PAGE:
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August 27, 2014

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MUSIC:

Pink Martini: No boundaries of sound

Eccentric and eclectic, orchestra blends genres — and languages

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publicity photo by sherri diteman

Pink Martini, an orchestra with a wide range of sounds, was conceived as an opening act for the Del Rubio Triplets, an all-women band, in 1994.

If You Go

Beyond the Sun

If film director Federico Fellini had created a band, it would be Pink Martini, a genre-busting orchestra from Portland, Ore.

The group was founded by classical pianist Thomas Lauderdale, who grew up loving everything from Chopin and Hungarian folk songs to Scott Joplin and the soundtrack of “Midnight Cowboy.”

Perhaps his wide-ranging interests best explain Pink Martini’s blend of Latin, lounge, classical, jazz and multilingual lyrics.

Pink Martini brings its eccentric, eclectic show to the Henderson Pavilion on Sunday.

“We don’t put on a fancy light show,” Lauderdale says. “But it’s lively. Everybody is constantly shifting from one song to the next. If you don’t like one, wait a minute; you’ll like the next.”

This won’t be the orchestra’s first trip to the valley. The group performed at a private party for the grand opening of the Bellagio in 1998 and returns to play in Henderson.

“So I guess we’ve still never really played Vegas,” says Lauderdale, who likes the area’s offerings, especially the Liberace Museum. “It’s such a bizarre setup in the strip mall. Maybe we should perform there instead of the amphitheater.”

The interview takes leaps and bounds as Lauderdale talks by cell phone from Portland.

“I’m in a van hurtling toward my loft downtown,” he says. “I just bought a ’70s stereo receiver. They made them better then. I feel like modern equipment is just too much. It’s expensive and the quality isn’t as good.”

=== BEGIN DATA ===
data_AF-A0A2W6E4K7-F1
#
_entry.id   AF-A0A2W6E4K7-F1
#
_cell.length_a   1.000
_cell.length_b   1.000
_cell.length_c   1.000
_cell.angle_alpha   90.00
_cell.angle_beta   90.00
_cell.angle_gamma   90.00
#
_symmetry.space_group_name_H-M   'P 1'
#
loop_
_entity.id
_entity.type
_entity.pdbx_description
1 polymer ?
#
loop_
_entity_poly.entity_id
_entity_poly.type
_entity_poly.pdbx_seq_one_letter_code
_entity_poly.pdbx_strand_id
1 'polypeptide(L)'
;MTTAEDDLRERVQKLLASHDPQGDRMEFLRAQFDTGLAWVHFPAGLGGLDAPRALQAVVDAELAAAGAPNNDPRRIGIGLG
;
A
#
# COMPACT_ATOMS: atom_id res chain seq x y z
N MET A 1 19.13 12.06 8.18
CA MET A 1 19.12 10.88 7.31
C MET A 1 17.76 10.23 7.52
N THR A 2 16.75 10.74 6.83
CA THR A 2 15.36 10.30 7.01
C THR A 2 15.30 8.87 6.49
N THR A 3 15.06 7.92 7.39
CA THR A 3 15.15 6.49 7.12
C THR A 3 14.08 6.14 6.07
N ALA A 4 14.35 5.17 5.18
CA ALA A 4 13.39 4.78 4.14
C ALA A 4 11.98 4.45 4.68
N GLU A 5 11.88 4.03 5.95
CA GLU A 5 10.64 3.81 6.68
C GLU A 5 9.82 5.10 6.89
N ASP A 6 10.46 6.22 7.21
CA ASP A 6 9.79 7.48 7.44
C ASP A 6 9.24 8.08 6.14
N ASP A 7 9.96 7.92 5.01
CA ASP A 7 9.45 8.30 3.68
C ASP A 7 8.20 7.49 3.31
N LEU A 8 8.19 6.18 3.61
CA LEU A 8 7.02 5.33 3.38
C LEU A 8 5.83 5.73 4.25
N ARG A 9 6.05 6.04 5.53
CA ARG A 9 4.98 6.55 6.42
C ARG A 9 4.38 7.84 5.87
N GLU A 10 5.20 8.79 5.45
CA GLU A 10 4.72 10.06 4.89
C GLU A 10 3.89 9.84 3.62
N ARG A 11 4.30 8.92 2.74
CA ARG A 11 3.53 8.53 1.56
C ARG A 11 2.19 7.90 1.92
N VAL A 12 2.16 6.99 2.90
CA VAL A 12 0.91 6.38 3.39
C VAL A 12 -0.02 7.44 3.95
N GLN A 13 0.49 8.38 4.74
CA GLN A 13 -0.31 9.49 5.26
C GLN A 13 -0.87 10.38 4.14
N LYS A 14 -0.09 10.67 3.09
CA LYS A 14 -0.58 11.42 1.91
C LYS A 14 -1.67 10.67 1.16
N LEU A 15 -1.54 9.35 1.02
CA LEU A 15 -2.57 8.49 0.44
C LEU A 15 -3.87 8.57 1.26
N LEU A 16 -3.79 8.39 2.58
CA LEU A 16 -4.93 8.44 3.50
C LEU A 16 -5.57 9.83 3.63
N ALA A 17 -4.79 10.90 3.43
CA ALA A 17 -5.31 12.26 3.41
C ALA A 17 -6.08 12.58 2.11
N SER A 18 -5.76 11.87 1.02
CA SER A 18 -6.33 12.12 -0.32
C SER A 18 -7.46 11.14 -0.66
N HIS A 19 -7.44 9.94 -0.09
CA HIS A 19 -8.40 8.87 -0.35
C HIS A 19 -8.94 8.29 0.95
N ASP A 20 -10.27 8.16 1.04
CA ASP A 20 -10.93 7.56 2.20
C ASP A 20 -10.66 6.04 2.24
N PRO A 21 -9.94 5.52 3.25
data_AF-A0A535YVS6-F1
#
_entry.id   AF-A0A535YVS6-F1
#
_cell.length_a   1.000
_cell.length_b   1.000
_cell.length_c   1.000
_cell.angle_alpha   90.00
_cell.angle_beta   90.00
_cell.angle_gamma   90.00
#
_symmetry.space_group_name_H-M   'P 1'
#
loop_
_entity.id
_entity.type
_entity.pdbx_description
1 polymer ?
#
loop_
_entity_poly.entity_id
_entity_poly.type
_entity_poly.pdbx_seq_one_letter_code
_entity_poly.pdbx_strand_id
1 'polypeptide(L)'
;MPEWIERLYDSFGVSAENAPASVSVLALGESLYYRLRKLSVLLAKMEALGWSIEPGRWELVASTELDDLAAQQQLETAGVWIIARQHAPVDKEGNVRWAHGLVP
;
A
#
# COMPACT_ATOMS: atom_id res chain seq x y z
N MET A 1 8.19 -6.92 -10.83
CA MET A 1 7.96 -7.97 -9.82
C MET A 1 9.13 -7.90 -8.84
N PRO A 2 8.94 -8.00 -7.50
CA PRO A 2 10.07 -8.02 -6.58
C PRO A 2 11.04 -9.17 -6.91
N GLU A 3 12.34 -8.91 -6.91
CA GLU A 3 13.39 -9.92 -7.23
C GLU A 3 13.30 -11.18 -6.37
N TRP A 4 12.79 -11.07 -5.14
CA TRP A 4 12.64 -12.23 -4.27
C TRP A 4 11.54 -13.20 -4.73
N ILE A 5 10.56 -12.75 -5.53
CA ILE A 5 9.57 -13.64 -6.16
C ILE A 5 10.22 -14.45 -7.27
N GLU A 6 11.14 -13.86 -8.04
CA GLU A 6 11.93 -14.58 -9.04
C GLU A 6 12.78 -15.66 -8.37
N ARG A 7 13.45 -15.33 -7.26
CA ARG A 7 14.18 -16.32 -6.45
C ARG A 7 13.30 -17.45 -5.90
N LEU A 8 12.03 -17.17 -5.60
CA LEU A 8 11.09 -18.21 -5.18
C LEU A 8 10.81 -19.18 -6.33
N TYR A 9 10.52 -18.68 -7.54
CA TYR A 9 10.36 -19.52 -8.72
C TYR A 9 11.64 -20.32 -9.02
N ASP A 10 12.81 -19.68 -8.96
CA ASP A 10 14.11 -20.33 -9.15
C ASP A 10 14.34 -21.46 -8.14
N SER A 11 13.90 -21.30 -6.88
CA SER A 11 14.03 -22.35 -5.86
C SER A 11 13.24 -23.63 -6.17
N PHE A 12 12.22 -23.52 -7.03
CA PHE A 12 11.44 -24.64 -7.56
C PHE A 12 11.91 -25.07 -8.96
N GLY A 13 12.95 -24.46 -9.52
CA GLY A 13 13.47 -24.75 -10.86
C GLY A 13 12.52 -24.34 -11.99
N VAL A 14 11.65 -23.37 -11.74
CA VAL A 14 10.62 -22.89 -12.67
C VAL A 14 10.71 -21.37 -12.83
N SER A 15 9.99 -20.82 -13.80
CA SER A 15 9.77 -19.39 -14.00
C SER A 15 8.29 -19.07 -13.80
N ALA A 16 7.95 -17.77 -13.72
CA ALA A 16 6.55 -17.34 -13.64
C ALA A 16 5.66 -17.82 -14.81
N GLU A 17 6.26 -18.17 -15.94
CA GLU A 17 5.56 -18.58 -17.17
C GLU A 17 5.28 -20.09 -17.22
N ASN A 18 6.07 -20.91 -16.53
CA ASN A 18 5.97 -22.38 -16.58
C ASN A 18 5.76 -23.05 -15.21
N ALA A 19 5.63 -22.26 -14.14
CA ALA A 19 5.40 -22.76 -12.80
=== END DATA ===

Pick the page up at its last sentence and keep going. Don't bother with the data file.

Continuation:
He was raised in rural Indiana and began his formal music education at age 6. At 12, his family moved to Oregon, where he performed with the Oregon Symphony, the Seattle Symphony, Chamber Music Northwest and the Oregon Ballet before graduating cum laude from Harvard with a degree in literature and history.

“I thought I was going to go into politics,” he says. “Actually, I may still. I guess that’s always a good second career, right?”

Pink Martini’s history reads like something out of Theatre of the Absurd.

“We were formed to open for the Del Rubio Triplets in 1994,” Lauderdale says. “Three gals with three guitars in their 70s or 80s wearing miniskirts and bootees, and they looked exactly alike. It was an unbelievable spectacle.”

He named the group Pink Martini because “it seemed like a festive and fabulous and absurd name.”

The band took off slowly, performing weekend parties, weddings and holiday events.

“Soon after that first performance with the Del Rubio Triplets, we found ourselves playing at various political fundraisers, affordable housing events or for public broadcasting or the library or the environment,” Lauderdale says. “Gradually it started making sense to us. It sort of unfolded over a couple of years — that we should do songs in different languages.”

That epiphany, he says, came because he and lead singer China Forbes (they met at Harvard) come from multicultural backgrounds and grew up studying languages.

“It just made sense to treat the repertoire of the band like a mix tape, so we do like a samba in Portuguese next to a French music hall sound from the ’30s kind of thing next to a ‘Peter and the Wolf’ in an Afro-Cuban sound,” he says.

Pink Martini became hot in Europe before it did in the United States. Today the group spends about half its time here and half there.

Band members record on their own label — Heinz. “That was the name of my dog,” Lauderdale says. “He’s dead now.” They’ve released three albums — “Sympathique” (1997), “Hang On Little Tomato” (2004) and “Hey Eugene!” (2007). A fourth album — “Splendor in the Grass,” a collection of nine original and four cover tunes — is due out next month.

This year the group is busy helping Oregon celebrate its 150th birthday. As part of the sesquicentennial celebration, the group updated comic writer Stan Freberg’s “Oregon! Oregon! A Centennial Fable in Three Acts,” a 21-minute musical comedy about the state, written in 1959.

“Fifty years later we decided to write a new act for the sesquicentennial and now we’re touring the state with the 234th Army band and former Gov. Barbara Roberts,” Lauderdale says.

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